Thought perhaps this was talking about a new economic form for how we do education in the US. A form where individuals empower themselves through various forms of DIY learning and then get an “offset” back from the government for education costs avoided. But it’s more about apprenticeship programs’ effectiveness. Which is a worthy topic.
Apprenticeship is kind of the poor relation part of our educational establishment, although it’s time-honored and still practiced by many unions in the US as the best way to learn how to “do a job”. It seems like we could incorporate much more universal apprenticeship as part of an individuals’ education, rather than move towards a class of citizens with little or no “higher ed”. Let a thousand apprenticeships bloom and let’s also find a way forward for universal lifelong learning.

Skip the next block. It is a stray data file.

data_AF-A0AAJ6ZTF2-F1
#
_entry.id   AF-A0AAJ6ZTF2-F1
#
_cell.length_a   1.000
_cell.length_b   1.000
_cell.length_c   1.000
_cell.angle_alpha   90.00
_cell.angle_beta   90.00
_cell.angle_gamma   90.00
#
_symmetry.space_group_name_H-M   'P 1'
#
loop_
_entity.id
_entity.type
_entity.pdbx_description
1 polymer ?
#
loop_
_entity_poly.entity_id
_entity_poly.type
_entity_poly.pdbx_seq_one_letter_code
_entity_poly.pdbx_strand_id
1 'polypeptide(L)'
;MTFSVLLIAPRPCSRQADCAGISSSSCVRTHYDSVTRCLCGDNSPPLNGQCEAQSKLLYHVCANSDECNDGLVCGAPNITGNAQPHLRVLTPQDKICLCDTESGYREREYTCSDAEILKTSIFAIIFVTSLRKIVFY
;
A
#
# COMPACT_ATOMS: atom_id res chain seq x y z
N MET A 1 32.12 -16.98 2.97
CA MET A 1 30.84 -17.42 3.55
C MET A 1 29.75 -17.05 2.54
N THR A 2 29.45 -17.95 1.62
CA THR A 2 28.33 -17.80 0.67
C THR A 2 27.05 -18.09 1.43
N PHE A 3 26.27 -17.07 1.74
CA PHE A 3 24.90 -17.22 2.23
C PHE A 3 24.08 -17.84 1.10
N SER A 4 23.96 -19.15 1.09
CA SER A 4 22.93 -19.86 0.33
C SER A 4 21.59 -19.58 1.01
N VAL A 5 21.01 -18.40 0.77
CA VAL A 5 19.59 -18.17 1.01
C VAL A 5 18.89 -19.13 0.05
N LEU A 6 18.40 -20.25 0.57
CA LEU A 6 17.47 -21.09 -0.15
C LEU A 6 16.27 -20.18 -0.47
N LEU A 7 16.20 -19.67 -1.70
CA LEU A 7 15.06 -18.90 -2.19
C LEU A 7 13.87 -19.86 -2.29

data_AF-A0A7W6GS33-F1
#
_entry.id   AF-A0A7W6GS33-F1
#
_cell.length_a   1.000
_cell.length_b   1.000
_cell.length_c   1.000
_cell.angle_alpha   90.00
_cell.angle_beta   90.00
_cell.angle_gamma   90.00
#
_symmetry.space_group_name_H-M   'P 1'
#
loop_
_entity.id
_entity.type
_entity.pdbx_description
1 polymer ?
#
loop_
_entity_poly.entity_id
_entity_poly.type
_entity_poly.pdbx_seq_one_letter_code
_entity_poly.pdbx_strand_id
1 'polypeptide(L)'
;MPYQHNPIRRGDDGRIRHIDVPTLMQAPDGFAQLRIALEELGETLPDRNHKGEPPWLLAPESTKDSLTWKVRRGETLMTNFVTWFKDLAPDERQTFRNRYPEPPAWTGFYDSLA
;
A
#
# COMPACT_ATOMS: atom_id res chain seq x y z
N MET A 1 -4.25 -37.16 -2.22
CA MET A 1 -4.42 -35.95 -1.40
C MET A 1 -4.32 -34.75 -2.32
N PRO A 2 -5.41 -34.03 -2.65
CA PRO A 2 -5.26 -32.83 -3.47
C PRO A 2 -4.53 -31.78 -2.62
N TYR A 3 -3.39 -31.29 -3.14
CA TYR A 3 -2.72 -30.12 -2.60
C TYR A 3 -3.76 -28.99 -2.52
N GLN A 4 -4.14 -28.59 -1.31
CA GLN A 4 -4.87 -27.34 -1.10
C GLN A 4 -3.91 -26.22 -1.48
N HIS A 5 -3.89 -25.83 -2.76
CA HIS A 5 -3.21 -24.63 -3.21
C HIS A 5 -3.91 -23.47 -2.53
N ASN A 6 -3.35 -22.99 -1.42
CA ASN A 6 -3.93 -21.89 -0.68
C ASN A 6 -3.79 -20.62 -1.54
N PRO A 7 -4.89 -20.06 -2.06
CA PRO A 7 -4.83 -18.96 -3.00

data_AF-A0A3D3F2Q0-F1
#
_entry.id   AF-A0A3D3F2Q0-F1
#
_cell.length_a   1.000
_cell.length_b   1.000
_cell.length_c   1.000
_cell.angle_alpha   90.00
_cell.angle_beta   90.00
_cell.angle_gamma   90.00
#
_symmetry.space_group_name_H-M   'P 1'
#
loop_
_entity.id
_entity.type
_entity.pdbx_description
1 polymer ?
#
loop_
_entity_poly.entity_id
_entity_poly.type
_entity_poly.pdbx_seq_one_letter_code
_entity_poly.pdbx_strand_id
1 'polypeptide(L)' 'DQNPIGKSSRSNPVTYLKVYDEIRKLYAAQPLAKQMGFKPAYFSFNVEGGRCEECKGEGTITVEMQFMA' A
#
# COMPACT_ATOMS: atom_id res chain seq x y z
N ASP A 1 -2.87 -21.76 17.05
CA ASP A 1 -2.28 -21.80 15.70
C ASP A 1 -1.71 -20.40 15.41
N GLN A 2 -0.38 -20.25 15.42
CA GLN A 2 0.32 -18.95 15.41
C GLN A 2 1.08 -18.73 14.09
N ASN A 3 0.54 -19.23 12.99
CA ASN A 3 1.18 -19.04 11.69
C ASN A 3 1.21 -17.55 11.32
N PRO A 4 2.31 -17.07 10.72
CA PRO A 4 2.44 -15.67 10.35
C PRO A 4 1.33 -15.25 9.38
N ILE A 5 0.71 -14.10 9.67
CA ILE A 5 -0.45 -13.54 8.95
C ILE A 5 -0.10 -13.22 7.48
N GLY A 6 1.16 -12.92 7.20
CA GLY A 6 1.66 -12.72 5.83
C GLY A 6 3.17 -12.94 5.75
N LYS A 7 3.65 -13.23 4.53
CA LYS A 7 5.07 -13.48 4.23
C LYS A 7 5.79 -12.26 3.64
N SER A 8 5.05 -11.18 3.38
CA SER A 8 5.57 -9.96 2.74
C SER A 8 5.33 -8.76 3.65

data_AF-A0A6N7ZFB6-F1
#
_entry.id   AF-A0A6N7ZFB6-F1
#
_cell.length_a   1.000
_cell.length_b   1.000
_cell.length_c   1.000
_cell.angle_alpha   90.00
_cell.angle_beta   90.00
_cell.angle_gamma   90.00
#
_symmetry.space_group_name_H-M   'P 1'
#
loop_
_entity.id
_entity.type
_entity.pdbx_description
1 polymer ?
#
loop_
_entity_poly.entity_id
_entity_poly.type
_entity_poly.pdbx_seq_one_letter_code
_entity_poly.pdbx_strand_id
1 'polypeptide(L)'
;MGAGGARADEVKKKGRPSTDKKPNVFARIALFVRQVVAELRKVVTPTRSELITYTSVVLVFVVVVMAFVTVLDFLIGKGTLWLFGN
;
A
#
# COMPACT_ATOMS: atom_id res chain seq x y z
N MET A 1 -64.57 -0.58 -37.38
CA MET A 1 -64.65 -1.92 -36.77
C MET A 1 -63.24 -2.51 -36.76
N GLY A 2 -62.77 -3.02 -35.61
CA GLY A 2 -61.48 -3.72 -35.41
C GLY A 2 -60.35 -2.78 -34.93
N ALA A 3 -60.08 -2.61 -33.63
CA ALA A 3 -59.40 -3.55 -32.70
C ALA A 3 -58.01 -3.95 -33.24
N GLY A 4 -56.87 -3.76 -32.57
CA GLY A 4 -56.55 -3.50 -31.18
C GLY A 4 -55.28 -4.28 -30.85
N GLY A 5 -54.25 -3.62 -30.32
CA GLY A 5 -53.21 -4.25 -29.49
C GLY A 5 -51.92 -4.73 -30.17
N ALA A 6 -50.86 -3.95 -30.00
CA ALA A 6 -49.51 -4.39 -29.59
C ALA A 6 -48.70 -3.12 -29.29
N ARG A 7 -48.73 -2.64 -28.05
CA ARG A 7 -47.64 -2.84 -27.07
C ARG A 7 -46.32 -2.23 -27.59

We might have previously overlooked the need for all citizens to have an understanding of their cultural inheritance in history, science, and things like statistics and probability. To say nothing about overall tech competence.
Not anymore, with recent elections dividing according to those with a college education and those without, and the implications for a populist autocracy that makes possible. Greatly expanded educational tools that enable lifelong learning for all, are more than a nice feature of our civilization, but a requirement if we are to continue with an informed electorate. To say nothing of a competitive workforce and economy in the global markets.